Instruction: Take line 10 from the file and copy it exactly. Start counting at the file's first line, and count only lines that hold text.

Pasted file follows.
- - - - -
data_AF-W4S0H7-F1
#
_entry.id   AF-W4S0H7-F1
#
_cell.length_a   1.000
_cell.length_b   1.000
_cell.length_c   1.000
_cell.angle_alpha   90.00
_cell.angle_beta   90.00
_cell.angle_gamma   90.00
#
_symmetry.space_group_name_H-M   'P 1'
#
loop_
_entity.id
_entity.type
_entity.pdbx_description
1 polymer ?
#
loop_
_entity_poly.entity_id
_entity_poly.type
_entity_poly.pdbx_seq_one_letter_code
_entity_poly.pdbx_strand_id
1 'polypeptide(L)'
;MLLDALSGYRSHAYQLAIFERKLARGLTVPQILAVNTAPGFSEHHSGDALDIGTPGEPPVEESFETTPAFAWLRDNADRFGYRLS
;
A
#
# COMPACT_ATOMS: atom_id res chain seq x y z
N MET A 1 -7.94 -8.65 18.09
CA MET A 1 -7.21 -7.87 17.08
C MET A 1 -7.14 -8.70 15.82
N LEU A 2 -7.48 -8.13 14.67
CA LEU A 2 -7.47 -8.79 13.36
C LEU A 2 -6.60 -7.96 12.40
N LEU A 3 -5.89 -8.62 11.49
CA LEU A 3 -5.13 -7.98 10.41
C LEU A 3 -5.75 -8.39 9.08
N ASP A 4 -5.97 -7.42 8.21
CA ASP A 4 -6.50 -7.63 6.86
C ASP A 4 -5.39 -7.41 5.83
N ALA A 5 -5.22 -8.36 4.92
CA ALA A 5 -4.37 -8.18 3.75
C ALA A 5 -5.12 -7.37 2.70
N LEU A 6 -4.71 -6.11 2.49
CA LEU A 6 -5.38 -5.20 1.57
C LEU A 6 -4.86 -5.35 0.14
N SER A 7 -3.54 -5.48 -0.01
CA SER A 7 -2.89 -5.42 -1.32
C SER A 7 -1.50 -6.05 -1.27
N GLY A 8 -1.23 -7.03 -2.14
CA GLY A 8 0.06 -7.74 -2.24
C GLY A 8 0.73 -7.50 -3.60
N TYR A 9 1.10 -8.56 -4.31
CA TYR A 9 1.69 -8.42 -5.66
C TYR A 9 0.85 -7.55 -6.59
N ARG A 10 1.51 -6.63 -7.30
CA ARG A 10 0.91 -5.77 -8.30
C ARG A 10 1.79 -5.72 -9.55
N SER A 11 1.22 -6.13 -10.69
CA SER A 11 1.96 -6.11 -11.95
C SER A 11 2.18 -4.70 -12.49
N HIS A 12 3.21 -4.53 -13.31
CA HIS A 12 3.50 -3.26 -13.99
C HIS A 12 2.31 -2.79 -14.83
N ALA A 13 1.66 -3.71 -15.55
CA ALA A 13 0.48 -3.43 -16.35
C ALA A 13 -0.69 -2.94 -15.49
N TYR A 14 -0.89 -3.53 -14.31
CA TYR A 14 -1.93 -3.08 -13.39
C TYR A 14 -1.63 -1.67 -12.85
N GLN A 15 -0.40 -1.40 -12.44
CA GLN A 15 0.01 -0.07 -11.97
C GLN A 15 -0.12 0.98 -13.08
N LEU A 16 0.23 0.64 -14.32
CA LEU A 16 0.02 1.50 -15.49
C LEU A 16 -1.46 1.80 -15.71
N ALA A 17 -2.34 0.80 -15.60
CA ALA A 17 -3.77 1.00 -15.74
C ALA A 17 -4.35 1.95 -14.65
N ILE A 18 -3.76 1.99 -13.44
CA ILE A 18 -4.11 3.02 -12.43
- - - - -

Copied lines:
_cell.angle_gamma   90.00